The offense looked hapless in the third quarter. The Chiefs clearly adjusted at halftime to focus on stopping the run and it worked. The offense mustered an entire 22 yards in the quarter, and ended up kicking a field goal due to good field position after a punt return.

The Chiefs also came out of halftime as a completely different team. It took Kansas City four plays (2 minutes and 4 seconds) to go 74 yards for a touchdown on the opening drive of the second half. Stephon Gilmore allowed his only catch of the game on the drive, a 54 yard completion to Sammy Watkins. The Chiefs scored on the next play with a throw to Travis Kelce.

Kansas City then exploded for 24 points in the fourth quarter. In total, the Patriots defense allowed 31 points in the second half. Both of those numbers are outrageously terrible. But such is life sometimes as the New England defense, especially on the road in the 2018 season. The Patriots were the second best home defense this year by DVOA, and 31st best road defense this year by the same measure.

And it was the classic culprit that was mostly responsible for the defensive demise. For what seems like an eternity now, the Patriots are notoriously bad at covering running backs in the passing game. In total, Damien Williams and Spencer Ware combined for 6 catches on 9 targets for 87 yards and 2 touchdowns. Williams caught both touchdowns: his first a designed rollout from the 1-yard line where he ended up with Hightower on him in coverage, a linebacker who doesn’t have the wheels anymore to stick with a running back sprinting full speed toward the pylon.

The second of Williams’ touchdowns looked like a play straight off Josh McDaniels’ play sheet. After a fake action this way and that way, Patrick Mahomes flipped the ball out to Williams in the flat with the running back already heading downfield. There was no New England defender anywhere on the television screen, just loads of green as Williams went 23 yards untouched into the end zone.

2010 and beyond

This brings us to the final 7:45 of the fourth quarter, and subsequent overtime, a sequence of events that is as 2010’s (or whatever the hell we’re calling this decade) New England Patriots-y as you’re ever going to see.

From this point forward, the Patriots had three more drives. On those three drives Brady compiled 147 yards, 106 of which went to either Julian Edelman or Gronkowski, and all three resulted in a touchdown.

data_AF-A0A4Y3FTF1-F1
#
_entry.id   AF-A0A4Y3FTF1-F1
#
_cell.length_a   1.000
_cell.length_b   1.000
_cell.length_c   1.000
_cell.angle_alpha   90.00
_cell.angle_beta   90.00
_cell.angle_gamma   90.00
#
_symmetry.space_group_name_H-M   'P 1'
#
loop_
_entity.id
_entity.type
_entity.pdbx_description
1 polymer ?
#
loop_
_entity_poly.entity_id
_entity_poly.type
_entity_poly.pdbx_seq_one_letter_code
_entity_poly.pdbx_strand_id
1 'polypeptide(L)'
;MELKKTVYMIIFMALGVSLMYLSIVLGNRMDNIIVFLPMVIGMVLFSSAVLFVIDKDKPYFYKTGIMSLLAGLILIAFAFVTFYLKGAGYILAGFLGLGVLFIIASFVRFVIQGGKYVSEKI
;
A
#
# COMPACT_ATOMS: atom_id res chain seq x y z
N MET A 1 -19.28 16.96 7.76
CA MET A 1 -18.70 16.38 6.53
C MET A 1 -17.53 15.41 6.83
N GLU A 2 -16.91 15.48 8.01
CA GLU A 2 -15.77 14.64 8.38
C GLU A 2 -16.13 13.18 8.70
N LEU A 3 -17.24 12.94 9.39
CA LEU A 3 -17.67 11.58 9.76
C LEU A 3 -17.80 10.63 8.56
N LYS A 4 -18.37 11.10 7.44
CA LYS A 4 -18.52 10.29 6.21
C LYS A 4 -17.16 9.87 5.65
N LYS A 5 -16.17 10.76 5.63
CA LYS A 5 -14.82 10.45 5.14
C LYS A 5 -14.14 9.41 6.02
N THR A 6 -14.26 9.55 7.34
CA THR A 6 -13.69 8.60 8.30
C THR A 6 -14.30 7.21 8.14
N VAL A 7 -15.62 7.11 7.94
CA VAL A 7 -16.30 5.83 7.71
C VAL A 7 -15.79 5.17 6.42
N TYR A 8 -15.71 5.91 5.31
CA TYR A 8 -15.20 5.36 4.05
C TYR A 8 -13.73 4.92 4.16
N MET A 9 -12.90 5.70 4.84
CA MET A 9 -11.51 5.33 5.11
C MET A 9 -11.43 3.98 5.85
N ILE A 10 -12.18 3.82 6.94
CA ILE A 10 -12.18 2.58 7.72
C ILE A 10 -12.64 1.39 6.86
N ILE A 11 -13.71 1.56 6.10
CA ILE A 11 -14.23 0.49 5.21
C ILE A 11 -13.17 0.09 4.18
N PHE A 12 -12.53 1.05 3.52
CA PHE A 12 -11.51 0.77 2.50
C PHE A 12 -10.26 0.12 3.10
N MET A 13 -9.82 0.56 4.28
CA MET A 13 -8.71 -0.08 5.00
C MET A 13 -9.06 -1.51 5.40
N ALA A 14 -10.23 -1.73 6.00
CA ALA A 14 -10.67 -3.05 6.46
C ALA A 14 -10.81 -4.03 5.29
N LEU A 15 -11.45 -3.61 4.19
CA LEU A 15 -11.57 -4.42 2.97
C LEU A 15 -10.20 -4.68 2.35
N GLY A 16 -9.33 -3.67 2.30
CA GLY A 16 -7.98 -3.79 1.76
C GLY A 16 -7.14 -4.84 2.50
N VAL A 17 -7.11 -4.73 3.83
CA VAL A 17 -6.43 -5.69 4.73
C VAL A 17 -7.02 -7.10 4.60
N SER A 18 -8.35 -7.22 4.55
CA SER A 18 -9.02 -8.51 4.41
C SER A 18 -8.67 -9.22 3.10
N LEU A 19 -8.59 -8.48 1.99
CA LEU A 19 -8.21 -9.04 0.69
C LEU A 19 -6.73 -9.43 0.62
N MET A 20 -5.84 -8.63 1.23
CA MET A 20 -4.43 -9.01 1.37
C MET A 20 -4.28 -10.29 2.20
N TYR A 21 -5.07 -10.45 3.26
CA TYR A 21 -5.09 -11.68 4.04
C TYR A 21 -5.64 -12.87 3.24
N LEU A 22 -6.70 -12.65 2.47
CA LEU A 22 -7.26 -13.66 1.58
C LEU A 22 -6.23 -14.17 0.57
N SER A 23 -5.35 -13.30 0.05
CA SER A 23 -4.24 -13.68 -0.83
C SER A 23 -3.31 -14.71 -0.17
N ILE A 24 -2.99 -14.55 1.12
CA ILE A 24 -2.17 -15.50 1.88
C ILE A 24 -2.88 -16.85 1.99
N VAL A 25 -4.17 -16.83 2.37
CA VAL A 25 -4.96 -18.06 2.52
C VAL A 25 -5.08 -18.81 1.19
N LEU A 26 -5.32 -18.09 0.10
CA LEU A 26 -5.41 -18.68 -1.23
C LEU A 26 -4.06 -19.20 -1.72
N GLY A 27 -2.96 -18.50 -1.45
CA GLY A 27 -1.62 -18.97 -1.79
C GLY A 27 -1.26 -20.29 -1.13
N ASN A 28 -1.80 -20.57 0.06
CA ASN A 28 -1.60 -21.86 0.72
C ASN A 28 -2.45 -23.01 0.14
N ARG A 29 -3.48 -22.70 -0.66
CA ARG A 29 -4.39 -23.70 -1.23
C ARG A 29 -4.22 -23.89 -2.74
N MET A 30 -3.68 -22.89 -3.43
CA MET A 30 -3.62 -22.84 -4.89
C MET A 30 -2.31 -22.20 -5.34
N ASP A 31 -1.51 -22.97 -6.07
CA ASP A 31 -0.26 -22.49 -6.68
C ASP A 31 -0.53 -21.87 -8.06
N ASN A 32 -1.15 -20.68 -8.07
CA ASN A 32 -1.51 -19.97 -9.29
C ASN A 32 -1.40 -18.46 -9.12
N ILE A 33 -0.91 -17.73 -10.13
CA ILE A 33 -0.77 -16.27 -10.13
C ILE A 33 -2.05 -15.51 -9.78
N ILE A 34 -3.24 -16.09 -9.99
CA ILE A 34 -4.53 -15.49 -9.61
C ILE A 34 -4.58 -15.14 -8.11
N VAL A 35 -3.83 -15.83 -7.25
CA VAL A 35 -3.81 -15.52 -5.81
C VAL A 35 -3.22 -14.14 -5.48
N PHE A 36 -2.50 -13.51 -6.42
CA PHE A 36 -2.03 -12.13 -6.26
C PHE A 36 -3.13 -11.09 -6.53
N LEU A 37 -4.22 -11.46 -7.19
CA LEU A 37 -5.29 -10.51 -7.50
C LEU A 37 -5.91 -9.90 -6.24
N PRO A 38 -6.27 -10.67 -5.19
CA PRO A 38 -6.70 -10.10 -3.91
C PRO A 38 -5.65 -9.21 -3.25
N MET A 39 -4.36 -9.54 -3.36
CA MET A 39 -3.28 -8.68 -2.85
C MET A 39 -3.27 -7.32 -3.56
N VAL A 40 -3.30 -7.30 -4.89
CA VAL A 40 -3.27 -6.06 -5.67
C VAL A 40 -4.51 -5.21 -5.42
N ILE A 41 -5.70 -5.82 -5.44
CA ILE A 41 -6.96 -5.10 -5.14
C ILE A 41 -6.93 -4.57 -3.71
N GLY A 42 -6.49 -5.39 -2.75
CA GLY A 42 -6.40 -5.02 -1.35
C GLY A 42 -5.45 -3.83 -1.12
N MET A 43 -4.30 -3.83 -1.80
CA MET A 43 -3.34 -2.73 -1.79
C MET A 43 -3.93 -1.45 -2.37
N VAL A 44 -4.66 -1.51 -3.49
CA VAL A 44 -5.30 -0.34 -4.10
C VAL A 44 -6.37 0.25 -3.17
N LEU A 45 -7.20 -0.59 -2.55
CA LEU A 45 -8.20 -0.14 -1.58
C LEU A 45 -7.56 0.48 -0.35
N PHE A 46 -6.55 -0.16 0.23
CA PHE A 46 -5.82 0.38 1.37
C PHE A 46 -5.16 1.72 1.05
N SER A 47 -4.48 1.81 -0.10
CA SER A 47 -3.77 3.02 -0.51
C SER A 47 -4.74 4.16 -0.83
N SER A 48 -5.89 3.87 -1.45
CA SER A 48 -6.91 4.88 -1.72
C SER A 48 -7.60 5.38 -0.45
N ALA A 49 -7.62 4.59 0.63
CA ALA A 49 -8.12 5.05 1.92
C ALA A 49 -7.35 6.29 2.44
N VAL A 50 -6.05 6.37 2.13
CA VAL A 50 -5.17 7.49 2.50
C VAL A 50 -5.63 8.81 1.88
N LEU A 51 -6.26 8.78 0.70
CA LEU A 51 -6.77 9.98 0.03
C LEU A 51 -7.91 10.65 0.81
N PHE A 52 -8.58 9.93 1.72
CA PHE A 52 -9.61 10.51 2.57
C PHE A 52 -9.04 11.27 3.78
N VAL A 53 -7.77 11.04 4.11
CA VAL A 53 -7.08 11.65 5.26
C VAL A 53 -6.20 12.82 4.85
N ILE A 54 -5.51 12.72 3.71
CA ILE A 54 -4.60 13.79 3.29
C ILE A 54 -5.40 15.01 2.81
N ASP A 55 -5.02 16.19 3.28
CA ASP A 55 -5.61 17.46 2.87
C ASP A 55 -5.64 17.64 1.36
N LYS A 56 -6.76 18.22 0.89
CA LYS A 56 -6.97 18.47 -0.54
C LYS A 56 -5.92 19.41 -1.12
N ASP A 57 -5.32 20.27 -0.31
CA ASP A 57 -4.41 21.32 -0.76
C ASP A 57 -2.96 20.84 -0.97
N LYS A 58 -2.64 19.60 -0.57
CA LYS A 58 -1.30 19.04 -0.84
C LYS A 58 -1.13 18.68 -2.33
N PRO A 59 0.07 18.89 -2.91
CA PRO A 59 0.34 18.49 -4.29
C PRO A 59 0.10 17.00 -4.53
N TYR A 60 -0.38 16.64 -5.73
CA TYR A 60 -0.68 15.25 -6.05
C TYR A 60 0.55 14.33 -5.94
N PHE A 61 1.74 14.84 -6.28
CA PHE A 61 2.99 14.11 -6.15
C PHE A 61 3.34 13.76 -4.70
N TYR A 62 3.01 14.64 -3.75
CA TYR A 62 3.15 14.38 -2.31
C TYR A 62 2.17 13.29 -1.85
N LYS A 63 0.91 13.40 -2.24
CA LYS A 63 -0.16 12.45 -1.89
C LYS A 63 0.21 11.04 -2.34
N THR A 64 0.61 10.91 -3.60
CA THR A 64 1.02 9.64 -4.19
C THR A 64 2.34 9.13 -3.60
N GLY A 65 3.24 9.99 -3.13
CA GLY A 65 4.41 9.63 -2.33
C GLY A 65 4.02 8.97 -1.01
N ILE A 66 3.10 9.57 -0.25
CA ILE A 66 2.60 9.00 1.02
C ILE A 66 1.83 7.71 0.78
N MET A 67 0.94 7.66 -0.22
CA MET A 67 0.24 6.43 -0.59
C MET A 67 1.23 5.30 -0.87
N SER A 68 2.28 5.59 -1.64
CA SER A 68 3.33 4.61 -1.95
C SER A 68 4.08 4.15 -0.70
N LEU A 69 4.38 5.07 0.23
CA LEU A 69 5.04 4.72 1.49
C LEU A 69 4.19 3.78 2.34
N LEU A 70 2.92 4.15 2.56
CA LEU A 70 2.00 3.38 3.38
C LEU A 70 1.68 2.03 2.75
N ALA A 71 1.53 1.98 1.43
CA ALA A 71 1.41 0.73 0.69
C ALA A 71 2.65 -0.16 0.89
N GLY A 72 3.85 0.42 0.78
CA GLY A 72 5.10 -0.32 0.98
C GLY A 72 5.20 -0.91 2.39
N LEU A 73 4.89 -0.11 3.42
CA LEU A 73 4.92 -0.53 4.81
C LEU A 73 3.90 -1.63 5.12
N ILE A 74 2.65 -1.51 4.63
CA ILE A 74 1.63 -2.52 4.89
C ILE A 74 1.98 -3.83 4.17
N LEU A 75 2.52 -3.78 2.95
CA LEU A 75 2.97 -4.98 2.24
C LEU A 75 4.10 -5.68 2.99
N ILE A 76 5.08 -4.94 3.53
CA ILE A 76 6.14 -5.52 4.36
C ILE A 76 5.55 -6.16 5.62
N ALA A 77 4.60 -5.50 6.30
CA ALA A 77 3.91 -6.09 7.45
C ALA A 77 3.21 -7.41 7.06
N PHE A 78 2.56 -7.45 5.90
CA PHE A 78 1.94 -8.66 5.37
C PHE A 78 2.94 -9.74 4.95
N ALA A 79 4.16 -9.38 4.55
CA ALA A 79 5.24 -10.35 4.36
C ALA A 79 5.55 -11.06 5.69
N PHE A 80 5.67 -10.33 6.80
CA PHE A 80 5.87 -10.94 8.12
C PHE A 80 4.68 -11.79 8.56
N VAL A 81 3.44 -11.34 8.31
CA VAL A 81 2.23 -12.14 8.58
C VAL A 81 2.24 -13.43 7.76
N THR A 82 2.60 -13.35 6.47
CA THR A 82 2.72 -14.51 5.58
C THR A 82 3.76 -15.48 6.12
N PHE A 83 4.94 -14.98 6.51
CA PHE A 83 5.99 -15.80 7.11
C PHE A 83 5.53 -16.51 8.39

The first drive began at the 7:45 mark, with New England trailing 21-17. The drive was balanced, as New England called six passes (one of which drew a Kansas City penalty) and five runs. The drive was capped with a 4th and inches from the Kansas City 10 yard line, a play in which Brady audibled out of the original play call (most likely a sneak) to run Michel off tackle. Michel walked untouched into the end zone from 10 yards out to put the Patriots up 24-21 with 3:32 remaining in the game.

But 3:32 remaining is way too much time to expect a New England defense to hold up when you just need one stop to get a win. They couldn’t hold onto a 34-31 lead against the Colts with 2:17 remaining in the 2006 AFC championship. They let up a game winning drive with less than three minutes left to the Giants in the Super Bowl twice. The Seattle Seahawks marched down the field (and got lucky with a lap pass) in Super Bowl LXIX, which all started with Russell Wilson hitting Marshawn Lynch for 31 yards on a wheel route. The defense blew it but Malcolm Butler (and Hightower) saved the game.

The 2017 Pittsburgh Steelers trailed New England 27-24 with 56 seconds remaining. It took one play for the Patriots to decide to just not cover JuJu Smith-Schuster as he galloped down the sideline for 69 yards. All Pittsburgh had to do was not blow it, and they could have at a minimum sent the game to overtime. Alas, Ben Roethlisberger faked a spike and inexplicably threw a ball into triple coverage, leading to the game clinching interception by Duron Harmon. The defense blew it – Roethlisberger just blew it harder.

In Super Bowl LII, a game in which Brady threw for 505 yards and the offense never punted, New England took their first lead of the game, 33-32, with 9:22 remaining. Considering how well the offense had moved the ball all game, if the defense could have produced a single stop, Brady could have either driven down on the ensuing possession to extend the lead to eight and functionally put the game away, or just play keep away and run out the clock.

Doug Pederson seems to have agreed with that theory, as the Philadelphia Eagles went for it on fourth down from their own 45 yard line with 5:39 remaining in the game. Pederson recently did an interview for an episode of the Freakonomics podcast where he basically said there was no way in the world he was going to just hand Tom Brady the ball back because that’s game over.

The Eagles converted that 4th down, because of course they did, and then marched down the field to score a touchdown and take the lead with 2:21 remaining.

3:32 is simply too much time for the defense to stop Mahomes. So, of course, it took the Chiefs offense five plays (1 minute and 29 seconds), to go 68 yards to retake the lead, 28-24.

But stop me when you’ve heard this before: there’s two minutes left, the Patriots are trailing, and Tom Brady has to go the length of the field to win the game. In all honesty, Patriot Nation may be more comfortable with this scenario than the inverse; leading the game with two minutes remaining, and the defense has to get a stop.